I hope you will consider joining the Esperance Cowl knit-along. If you cannot commit to a project in fingering or sport weight yarn, purchase the pattern (or email me if you aren’t on Ravelry), I will give you the proper number of stitches to cast on for the size you want to make in the yarn weight of your choice. I will also tell you how many embellishments you need to work the new numbers. You will have to do a swatch so I have a gauge number. The pattern is available here.
Below are the reasons I came up with for why joining a knit-along might make sense from my perspective. You may have other reasons, like wanting to try out my patterns, or to find out what I’m like, or just what my mom calls evil curiosity. Whatever reason is fine with me. Although I’m not leading the knit-along, I will be participating. I have found I am not great at being the leader because I have too many things going on and can’t always be there as much as I should, but I am a born teacher, so I’ll be knitting along and helping everyone along. Know that I will be reading every post and email, and checking out all the photos. I eventually get my photos up on Ravelry (and that is going better since I got an iPhone), but if you want to follow me on Instagram you can see what I post (about five days a week) which often have an amusing comment. There should be a lot of Esperance Cowl photos as I work with you on the knit-along.
Completion. Commitment. Community.
Completion: I’m completely into getting stuff done right now. I have so many projects needing a little finishing, which I didn’t plan for (that begins March 16!), that I have determined that I can no longer start projects without a plan and an intention to finish. It is working well, although I have to admit, fewer projects are being launched. I have started my Esperance Cowl for the knit-along, so I can post encouraging pictures, provide counsel, and give guidance. With a knit-along, there is an end date and I will be giving weekly prizes of encouragement! So if completion is your goal, that is a great way to keep moving through the boring parts.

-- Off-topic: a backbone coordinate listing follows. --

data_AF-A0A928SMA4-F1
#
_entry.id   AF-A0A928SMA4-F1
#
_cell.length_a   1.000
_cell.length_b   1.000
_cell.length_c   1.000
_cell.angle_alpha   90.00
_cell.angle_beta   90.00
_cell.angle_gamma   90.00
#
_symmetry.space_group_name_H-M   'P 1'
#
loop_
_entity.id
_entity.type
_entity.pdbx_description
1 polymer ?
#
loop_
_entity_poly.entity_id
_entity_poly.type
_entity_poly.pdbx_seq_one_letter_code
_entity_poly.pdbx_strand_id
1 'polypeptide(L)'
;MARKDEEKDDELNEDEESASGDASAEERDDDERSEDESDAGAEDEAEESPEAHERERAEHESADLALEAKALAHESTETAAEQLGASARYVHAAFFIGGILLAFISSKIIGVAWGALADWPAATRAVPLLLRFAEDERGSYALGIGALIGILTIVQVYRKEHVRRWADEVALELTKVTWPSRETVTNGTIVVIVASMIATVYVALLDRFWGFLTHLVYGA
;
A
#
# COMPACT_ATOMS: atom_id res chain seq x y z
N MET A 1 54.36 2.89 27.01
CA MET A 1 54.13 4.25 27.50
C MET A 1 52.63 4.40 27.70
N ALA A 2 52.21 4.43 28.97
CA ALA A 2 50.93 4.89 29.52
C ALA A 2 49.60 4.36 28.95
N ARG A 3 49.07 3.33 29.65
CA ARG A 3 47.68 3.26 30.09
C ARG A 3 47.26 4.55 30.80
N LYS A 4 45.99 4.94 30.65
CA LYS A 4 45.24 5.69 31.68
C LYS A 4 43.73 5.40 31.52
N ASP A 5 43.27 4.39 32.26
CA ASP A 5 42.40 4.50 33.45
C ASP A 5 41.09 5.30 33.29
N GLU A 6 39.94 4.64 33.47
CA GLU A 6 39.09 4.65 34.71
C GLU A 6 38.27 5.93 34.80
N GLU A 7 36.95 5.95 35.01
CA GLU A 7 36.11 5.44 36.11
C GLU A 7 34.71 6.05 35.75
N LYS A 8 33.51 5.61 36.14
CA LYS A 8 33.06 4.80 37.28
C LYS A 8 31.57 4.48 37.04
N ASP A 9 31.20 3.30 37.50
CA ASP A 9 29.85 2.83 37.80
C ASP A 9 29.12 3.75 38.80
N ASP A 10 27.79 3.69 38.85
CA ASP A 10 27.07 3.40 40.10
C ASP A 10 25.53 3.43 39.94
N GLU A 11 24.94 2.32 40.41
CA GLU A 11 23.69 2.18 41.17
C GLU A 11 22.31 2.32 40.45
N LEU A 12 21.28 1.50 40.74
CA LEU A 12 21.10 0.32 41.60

Commitment: It is all to easy to want to knit something, and to even plan to do it, but a whole other thing to commit to doing it. I find that making a commitment is the difference; I am often too easy on myself, so a commitment to other knitters is a good way to make sure that you launch that project, and focus on it until completion. The benefit of commitment? Start. Stick with it. Finish! We’re scheduling five weeks for this knit-along. You may not need that much time, but I think I will. I am working the equivalent of 504 stitches per round and when I timed it, they take about 48 minutes each. Have you ever noticed that no amount of wishful thinking makes the knitting go faster? You have to show up and do it. Even when it isn’t as much fun as it was at the beginning.
Community: I am a solitary knitter. Well, Mitch is on the other end of the couch most of the time (operating the remote control) but I don’t knit with other people. I can’t talk and do any kind of substantive knitting at the same time. I can knit almost anywhere, but I can’t really converse while knitting, so a knit-along allows me to experience some community while not having to talk while knitting. Plus, it is fun to get to know other knitters through a knitting project. I am easily bored when knitting so I usually watch TV or listen to a book–a form of multi-tasking that my brain can handle.